Director: James Kent Screenwriter: Juliette Towhidi Starring: Alicia Vikander, Kit Harington, Taron Egerton, Miranda Richardson, Dominic West, Emily Watson, Joanna Scanlan, Colin Morgan, Hayley Atwell, Jonathan Bailey, Anna Chancellor, Alexandra Roach.
Nationwide release January 14th Certificate TBC Running time: 129 min.
‘Testament of Youth’ is an adaptation of Vera Brittain’s revered memoir of the same name. Directed by established British producer and film and television director, James Kent (The Secret Diaries of Miss Anne Lister) the film stars Alicia Vikander (A Royal Affair) as Vera, the smart, opinionated, persevering young woman living in a time of war and heartbreaking uncertainty.
Idealistic and rebellious Vera is determined not to settle into the path her parents (Emily Watson and Dominic West) would have her follow, pianos and marriage at the beginning of the film do more than bore her – she’s furious. Angling for a life as a writer, in the beginning she finds herself battling to join her adoring younger brother Edward (Taron Egerton) in escaping the rolling hills of the English countryside and all it’s frivolities, in favour sitting an entrance exam and attending Oxford. Sure enough her tenacity and unwavering passion to make it happen wins her a place at the prestigious university – a trait that is constant throughout the movie. However there are somethings young Vera has little control over, her heart and the intentions of others to win hers, and a war against Germany.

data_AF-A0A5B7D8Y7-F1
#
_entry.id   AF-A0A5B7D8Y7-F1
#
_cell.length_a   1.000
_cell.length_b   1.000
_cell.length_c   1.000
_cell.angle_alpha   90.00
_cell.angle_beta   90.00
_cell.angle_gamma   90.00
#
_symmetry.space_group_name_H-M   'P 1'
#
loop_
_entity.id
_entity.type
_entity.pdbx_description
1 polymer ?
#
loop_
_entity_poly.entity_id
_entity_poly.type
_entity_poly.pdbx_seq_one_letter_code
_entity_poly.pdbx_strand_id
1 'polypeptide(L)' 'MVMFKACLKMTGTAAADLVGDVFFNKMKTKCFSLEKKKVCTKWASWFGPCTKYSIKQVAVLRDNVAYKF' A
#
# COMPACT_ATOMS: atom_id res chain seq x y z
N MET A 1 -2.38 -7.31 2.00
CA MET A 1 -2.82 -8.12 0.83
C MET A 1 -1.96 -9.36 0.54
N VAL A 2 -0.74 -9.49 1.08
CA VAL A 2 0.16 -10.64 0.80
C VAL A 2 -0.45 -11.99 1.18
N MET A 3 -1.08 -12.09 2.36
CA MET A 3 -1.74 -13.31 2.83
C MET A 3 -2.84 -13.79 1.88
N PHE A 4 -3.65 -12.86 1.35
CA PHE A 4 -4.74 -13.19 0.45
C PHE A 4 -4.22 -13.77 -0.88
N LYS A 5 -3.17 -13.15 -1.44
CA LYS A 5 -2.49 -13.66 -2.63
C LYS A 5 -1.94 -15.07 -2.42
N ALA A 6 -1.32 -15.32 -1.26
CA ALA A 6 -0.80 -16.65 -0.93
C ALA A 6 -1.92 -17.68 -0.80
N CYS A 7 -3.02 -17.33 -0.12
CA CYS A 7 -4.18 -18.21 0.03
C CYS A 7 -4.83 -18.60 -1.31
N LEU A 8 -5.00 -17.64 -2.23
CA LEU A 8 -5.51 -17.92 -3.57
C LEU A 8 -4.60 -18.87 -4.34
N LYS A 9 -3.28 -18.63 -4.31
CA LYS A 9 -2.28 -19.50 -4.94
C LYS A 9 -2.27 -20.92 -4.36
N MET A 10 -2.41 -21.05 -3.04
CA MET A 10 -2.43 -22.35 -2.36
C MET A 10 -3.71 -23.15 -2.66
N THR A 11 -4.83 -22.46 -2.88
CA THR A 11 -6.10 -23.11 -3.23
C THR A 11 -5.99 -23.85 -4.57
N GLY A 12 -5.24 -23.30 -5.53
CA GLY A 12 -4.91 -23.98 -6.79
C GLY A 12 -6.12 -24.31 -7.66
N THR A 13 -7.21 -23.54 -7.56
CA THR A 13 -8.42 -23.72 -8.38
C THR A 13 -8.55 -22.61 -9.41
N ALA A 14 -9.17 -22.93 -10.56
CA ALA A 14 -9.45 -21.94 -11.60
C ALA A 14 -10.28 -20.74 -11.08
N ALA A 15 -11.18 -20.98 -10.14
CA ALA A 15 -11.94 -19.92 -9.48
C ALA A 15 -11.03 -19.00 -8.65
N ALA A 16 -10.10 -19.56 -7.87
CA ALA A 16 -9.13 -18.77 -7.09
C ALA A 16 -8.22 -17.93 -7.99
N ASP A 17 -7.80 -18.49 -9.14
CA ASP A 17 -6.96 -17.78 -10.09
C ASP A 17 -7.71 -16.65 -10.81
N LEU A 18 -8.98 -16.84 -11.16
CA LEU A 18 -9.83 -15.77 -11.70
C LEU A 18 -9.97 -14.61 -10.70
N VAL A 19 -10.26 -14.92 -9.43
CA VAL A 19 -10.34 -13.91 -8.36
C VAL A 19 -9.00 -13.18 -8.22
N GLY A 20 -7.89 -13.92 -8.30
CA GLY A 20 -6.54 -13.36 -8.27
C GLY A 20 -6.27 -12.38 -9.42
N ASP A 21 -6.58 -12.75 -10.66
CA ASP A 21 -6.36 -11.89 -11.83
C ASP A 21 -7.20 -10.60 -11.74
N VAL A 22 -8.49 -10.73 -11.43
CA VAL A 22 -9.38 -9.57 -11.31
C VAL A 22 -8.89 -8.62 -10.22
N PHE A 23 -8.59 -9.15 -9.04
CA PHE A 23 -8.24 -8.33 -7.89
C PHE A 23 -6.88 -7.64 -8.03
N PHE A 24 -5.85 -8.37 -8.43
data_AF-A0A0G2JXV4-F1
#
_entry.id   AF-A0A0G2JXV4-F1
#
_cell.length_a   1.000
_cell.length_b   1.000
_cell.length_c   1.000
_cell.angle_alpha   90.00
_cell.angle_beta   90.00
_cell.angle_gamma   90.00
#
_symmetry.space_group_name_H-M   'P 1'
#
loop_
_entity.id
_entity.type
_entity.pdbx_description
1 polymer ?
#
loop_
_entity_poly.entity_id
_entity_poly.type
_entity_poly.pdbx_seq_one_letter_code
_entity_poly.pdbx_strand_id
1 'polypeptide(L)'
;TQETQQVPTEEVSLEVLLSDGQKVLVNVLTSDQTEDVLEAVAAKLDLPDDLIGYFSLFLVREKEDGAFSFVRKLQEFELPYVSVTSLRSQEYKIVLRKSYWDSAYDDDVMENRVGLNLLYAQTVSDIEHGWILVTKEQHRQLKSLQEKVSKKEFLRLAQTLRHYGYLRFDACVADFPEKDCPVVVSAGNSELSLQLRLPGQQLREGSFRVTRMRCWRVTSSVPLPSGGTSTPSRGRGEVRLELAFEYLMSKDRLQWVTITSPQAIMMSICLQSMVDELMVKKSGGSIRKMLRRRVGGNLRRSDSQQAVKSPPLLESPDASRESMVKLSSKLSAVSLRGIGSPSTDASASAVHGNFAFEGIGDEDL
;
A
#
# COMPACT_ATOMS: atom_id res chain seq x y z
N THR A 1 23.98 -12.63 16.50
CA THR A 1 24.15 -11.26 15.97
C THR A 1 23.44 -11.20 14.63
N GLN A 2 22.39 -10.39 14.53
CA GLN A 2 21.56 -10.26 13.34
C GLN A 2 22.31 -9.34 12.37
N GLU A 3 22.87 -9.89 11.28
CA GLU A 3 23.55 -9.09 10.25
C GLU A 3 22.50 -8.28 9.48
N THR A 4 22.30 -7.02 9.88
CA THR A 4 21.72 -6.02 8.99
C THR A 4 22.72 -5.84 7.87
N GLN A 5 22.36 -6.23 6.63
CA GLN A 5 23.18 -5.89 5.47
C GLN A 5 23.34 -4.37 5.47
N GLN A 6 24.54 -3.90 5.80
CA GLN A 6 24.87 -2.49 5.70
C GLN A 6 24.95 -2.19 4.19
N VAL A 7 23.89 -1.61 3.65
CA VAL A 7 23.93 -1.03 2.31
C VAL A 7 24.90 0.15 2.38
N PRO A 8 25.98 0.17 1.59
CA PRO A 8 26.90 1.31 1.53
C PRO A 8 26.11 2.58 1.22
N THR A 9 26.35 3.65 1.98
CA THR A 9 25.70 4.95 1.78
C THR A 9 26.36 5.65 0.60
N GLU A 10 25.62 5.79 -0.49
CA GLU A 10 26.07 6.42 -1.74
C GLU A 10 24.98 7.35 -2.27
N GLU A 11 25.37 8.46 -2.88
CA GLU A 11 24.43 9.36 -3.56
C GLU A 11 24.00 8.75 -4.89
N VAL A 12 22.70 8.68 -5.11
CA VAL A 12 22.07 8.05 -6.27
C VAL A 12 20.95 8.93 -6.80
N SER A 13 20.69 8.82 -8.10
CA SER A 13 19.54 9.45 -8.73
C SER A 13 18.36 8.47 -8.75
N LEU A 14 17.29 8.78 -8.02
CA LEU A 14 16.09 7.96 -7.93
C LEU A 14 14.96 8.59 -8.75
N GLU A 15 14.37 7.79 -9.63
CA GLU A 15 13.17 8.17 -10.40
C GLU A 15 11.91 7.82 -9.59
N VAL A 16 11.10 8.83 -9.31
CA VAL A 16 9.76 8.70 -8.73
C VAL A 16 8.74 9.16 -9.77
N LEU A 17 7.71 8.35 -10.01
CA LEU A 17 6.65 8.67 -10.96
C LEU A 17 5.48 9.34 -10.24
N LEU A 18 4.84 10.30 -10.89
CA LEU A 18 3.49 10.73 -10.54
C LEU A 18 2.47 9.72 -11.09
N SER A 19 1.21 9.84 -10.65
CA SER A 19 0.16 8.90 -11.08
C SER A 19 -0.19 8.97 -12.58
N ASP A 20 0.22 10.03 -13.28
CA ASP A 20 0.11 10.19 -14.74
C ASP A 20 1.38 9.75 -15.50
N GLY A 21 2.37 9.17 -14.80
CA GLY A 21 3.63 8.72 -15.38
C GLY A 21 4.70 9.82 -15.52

Within 20 minutes of the film Vera is declaring that she has no plans to marry – 30 minutes in and she has two handsome young men stealing longing gazes at her and sliding poems under her door. It’s Roland (Kit Harington), an affable young man with ambitions to write also who steals her heart, but no sooner than they’re courting is World War I declared. When the war calls for the young men to sign up they do so willingly – Edward, having encouraged his father to let Vera apply for Oxford, is returned the favour when she pleads on Edward’s behalf to join the army. Soon Roland is joining the fray, and later her dear friend and admirer Victor (beautiful, nuanced delivery by Colin Morgan).
Left behind like many women, be it wives, sisters, mothers and daughters were during the war – no amount of studying appeases her guilt and restlessness for letting them all go. Vera defers her studies, much to the incredulity of her course master (an endearing guest appearance from Miranda Richardson) and takes up a position serving as a voluntary aid nurse during the four year horror, stationed at different points of the war – ebbing closer and closer to the frontline as her inevitable heartbreak, pain and growing pacifism will allow.
The films boasts breathtaking scenery from the quaint beauty of the English countryside to the foggy train station platforms. The breaking of the fourth wall during sentimental moments, sometimes in Vera’s memory sometimes for visual and emotive reasons, is reminiscent of a Stephen Poliakoff drama, one of the techniques that makes his works so symbolic of nostalgia is employed in Kents film. The costumes are stunning, never overbearing or in your face, but the attention to detail is truly noteworthy every stitch, palette and fabric comes together effortlessly. The true star however is Vikander, the native Swede is remarkable. Beautiful and defiant in the titular role. To look at her you may be forgiven for believing that such a well known, seminal and important story is too much for her petite shoulders – but she pulls it off, and in the midst of an impressive cast of established and exceedingly talented rising British talent, she more than holds her own and the entire film.